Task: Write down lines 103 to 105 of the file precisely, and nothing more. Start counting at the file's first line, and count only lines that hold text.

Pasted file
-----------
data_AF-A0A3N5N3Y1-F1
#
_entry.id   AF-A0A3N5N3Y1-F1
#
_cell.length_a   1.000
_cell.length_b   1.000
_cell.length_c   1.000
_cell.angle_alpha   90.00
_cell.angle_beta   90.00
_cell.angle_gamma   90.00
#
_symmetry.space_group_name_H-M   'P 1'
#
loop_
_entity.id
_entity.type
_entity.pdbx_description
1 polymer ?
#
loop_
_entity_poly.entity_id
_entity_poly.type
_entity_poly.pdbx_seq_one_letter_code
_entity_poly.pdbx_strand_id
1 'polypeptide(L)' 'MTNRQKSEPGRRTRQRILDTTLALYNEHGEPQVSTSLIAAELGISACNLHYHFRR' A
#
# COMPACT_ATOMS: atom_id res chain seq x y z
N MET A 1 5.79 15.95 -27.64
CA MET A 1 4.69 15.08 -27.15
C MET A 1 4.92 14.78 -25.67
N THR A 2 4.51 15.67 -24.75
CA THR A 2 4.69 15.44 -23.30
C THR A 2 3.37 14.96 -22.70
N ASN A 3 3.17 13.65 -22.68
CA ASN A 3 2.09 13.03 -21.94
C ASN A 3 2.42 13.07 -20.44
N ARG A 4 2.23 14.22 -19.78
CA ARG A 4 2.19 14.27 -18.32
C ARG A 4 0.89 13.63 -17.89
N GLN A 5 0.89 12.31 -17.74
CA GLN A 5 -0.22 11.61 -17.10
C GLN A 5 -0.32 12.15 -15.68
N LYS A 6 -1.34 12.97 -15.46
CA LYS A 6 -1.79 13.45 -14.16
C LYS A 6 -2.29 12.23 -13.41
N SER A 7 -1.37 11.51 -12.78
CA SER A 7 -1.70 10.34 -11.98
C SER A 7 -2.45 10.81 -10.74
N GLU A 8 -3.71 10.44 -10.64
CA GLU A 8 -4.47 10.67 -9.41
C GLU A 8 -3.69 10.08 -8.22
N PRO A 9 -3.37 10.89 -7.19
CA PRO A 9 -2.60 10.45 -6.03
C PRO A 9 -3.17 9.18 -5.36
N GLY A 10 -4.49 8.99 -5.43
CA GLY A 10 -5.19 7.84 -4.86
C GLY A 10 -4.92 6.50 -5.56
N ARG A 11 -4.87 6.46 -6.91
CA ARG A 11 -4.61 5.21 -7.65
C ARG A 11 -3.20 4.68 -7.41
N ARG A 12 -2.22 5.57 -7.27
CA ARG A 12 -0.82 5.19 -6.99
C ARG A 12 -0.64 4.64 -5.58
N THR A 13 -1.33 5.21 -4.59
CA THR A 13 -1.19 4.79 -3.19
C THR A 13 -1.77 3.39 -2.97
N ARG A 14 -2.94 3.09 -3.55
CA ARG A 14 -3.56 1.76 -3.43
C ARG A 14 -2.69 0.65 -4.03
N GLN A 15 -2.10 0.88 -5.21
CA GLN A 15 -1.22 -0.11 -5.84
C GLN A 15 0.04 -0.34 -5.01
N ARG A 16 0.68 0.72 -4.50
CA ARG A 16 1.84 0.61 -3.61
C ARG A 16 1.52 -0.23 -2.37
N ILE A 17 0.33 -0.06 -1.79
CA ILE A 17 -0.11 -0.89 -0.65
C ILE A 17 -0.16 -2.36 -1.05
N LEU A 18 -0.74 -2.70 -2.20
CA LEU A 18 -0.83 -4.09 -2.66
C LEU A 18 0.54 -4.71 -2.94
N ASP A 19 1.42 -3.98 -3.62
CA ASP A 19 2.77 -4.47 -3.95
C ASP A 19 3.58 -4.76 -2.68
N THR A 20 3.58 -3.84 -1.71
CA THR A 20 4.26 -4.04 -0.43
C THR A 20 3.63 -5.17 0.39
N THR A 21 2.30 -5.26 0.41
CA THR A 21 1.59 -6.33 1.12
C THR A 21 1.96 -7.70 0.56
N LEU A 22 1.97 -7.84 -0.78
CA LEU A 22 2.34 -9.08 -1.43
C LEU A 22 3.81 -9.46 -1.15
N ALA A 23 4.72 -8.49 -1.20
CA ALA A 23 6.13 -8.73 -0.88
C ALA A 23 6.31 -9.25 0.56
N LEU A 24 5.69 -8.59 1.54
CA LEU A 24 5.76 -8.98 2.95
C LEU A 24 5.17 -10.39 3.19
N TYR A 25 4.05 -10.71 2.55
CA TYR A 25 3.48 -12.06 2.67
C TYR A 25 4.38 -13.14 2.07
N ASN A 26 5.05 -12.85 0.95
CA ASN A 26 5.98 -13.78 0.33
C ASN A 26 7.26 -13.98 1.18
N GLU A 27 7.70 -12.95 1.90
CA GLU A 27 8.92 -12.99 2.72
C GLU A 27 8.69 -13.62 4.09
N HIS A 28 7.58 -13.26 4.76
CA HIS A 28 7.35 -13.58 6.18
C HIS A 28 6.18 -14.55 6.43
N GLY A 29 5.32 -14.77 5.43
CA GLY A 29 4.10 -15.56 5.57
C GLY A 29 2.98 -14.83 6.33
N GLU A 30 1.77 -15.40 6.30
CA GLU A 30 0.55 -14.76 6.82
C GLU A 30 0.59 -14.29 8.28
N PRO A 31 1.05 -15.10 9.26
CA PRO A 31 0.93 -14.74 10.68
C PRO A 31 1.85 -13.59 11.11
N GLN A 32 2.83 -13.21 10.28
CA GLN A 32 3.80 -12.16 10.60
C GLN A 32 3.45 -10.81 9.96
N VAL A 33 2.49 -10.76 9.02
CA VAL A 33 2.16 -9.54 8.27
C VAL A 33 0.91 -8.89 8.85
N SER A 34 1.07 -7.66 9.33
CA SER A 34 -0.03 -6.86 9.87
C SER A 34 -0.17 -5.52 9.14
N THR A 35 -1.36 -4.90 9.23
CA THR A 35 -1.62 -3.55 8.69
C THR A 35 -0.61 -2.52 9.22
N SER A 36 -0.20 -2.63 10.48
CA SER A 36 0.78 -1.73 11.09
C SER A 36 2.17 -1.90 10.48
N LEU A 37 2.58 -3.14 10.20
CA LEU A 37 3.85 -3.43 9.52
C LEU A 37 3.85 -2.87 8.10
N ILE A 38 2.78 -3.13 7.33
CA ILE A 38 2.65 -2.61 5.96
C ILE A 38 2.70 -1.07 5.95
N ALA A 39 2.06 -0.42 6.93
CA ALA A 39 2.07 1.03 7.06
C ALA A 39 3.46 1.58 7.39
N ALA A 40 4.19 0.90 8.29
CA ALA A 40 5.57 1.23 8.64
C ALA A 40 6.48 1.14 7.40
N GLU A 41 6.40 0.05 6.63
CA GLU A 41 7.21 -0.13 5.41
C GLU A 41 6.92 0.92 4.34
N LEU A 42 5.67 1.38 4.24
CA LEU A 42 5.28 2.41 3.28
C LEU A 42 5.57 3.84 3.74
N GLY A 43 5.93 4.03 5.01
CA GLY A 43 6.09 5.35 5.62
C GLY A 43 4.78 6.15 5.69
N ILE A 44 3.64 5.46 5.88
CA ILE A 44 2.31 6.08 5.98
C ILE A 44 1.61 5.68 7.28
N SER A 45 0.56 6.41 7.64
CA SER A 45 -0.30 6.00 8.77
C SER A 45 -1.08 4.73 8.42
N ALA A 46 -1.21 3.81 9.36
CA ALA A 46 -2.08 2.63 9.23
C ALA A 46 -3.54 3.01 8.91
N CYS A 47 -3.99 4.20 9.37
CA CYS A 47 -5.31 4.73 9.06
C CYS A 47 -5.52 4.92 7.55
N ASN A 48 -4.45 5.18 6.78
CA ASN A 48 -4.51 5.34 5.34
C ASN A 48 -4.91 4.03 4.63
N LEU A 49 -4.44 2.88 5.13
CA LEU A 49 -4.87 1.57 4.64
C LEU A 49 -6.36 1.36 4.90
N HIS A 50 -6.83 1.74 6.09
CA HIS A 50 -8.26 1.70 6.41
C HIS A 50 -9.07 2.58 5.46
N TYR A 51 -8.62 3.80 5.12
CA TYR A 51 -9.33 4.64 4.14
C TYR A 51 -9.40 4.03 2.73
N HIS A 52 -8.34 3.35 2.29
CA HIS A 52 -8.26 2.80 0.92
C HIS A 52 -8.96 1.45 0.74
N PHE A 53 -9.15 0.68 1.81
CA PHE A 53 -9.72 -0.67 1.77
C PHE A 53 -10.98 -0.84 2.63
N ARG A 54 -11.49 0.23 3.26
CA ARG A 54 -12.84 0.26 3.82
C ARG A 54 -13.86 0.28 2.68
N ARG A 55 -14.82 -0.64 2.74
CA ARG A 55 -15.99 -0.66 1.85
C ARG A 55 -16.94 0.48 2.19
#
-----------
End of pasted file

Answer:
N ASN A 26 5.05 -12.85 0.95
CA ASN A 26 5.98 -13.78 0.33
C ASN A 26 7.26 -13.98 1.18